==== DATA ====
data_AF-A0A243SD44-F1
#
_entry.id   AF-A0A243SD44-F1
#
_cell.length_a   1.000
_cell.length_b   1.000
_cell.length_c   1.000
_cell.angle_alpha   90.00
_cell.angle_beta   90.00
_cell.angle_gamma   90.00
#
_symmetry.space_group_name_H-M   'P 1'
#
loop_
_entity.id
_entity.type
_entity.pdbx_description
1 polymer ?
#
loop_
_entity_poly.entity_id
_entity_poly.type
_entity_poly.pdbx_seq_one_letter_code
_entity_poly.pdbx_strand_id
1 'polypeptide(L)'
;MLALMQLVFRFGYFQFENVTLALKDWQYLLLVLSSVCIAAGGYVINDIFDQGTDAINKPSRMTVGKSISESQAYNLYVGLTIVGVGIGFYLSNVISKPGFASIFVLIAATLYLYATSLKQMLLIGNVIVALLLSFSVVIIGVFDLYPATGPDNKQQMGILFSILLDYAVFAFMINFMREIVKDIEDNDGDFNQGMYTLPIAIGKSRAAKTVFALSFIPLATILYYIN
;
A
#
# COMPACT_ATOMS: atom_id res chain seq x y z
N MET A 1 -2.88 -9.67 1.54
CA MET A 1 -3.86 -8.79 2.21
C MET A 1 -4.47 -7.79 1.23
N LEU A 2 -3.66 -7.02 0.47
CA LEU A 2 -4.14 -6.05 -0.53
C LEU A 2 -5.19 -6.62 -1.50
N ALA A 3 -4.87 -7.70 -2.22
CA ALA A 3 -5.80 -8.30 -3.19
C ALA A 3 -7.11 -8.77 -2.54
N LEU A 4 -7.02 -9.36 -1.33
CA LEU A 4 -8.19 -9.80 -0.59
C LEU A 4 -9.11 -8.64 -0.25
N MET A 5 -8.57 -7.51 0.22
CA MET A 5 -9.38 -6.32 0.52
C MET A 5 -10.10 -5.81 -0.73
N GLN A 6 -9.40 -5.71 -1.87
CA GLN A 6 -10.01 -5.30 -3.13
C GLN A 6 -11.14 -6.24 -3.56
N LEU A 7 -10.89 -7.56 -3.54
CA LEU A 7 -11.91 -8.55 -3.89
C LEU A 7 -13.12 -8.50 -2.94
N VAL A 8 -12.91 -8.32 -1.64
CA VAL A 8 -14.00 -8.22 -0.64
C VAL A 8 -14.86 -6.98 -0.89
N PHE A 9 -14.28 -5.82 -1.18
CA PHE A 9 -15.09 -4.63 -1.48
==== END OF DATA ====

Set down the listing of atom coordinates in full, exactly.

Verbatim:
data_AF-A0A243SD44-F1
#
_entry.id   AF-A0A243SD44-F1
#
_cell.length_a   1.000
_cell.length_b   1.000
_cell.length_c   1.000
_cell.angle_alpha   90.00
_cell.angle_beta   90.00
_cell.angle_gamma   90.00
#
_symmetry.space_group_name_H-M   'P 1'
#
loop_
_entity.id
_entity.type
_entity.pdbx_description
1 polymer ?
#
loop_
_entity_poly.entity_id
_entity_poly.type
_entity_poly.pdbx_seq_one_letter_code
_entity_poly.pdbx_strand_id
1 'polypeptide(L)'
;MLALMQLVFRFGYFQFENVTLALKDWQYLLLVLSSVCIAAGGYVINDIFDQGTDAINKPSRMTVGKSISESQAYNLYVGLTIVGVGIGFYLSNVISKPGFASIFVLIAATLYLYATSLKQMLLIGNVIVALLLSFSVVIIGVFDLYPATGPDNKQQMGILFSILLDYAVFAFMINFMREIVKDIEDNDGDFNQGMYTLPIAIGKSRAAKTVFALSFIPLATILYYIN
;
A
#
# COMPACT_ATOMS: atom_id res chain seq x y z
N MET A 1 -2.88 -9.67 1.54
CA MET A 1 -3.86 -8.79 2.21
C MET A 1 -4.47 -7.79 1.23
N LEU A 2 -3.66 -7.02 0.47
CA LEU A 2 -4.14 -6.05 -0.53
C LEU A 2 -5.19 -6.62 -1.50
N ALA A 3 -4.87 -7.70 -2.22
CA ALA A 3 -5.80 -8.30 -3.19
C ALA A 3 -7.11 -8.77 -2.54
N LEU A 4 -7.02 -9.36 -1.33
CA LEU A 4 -8.19 -9.80 -0.59
C LEU A 4 -9.11 -8.64 -0.25
N MET A 5 -8.57 -7.51 0.22
CA MET A 5 -9.38 -6.32 0.52
C MET A 5 -10.10 -5.81 -0.73
N GLN A 6 -9.40 -5.71 -1.87
CA GLN A 6 -10.01 -5.30 -3.13
C GLN A 6 -11.14 -6.24 -3.56
N LEU A 7 -10.89 -7.56 -3.54
CA LEU A 7 -11.91 -8.55 -3.89
C LEU A 7 -13.12 -8.50 -2.94
N VAL A 8 -12.91 -8.32 -1.64
CA VAL A 8 -14.00 -8.22 -0.64
C VAL A 8 -14.86 -6.98 -0.89
N PHE A 9 -14.28 -5.82 -1.18
CA PHE A 9 -15.09 -4.63 -1.48